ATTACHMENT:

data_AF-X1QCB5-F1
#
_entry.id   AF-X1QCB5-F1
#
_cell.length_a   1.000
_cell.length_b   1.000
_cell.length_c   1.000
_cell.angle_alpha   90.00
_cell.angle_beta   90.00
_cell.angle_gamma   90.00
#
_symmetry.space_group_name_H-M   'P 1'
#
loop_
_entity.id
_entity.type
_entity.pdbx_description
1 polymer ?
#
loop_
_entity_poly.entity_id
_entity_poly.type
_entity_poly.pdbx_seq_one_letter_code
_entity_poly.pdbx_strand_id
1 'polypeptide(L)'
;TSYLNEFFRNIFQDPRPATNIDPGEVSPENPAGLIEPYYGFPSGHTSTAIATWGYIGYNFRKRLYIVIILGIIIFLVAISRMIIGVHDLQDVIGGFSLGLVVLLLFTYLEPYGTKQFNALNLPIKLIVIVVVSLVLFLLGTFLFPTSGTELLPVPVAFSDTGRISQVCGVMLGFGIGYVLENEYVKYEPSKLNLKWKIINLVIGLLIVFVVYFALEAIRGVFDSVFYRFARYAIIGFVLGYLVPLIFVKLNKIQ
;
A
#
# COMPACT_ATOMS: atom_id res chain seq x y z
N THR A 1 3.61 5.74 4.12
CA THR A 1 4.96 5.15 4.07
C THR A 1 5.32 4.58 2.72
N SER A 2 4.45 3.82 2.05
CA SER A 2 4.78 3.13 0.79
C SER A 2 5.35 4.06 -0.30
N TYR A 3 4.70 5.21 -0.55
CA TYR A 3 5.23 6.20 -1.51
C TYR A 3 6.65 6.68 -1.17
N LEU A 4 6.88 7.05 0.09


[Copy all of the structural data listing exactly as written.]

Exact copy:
data_AF-X1QCB5-F1
#
_entry.id   AF-X1QCB5-F1
#
_cell.length_a   1.000
_cell.length_b   1.000
_cell.length_c   1.000
_cell.angle_alpha   90.00
_cell.angle_beta   90.00
_cell.angle_gamma   90.00
#
_symmetry.space_group_name_H-M   'P 1'
#
loop_
_entity.id
_entity.type
_entity.pdbx_description
1 polymer ?
#
loop_
_entity_poly.entity_id
_entity_poly.type
_entity_poly.pdbx_seq_one_letter_code
_entity_poly.pdbx_strand_id
1 'polypeptide(L)'
;TSYLNEFFRNIFQDPRPATNIDPGEVSPENPAGLIEPYYGFPSGHTSTAIATWGYIGYNFRKRLYIVIILGIIIFLVAISRMIIGVHDLQDVIGGFSLGLVVLLLFTYLEPYGTKQFNALNLPIKLIVIVVVSLVLFLLGTFLFPTSGTELLPVPVAFSDTGRISQVCGVMLGFGIGYVLENEYVKYEPSKLNLKWKIINLVIGLLIVFVVYFALEAIRGVFDSVFYRFARYAIIGFVLGYLVPLIFVKLNKIQ
;
A
#
# COMPACT_ATOMS: atom_id res chain seq x y z
N THR A 1 3.61 5.74 4.12
CA THR A 1 4.96 5.15 4.07
C THR A 1 5.32 4.58 2.72
N SER A 2 4.45 3.82 2.05
CA SER A 2 4.78 3.13 0.79
C SER A 2 5.35 4.06 -0.30
N TYR A 3 4.70 5.21 -0.55
CA TYR A 3 5.23 6.20 -1.51
C TYR A 3 6.65 6.68 -1.17
N LEU A 4 6.88 7.05 0.09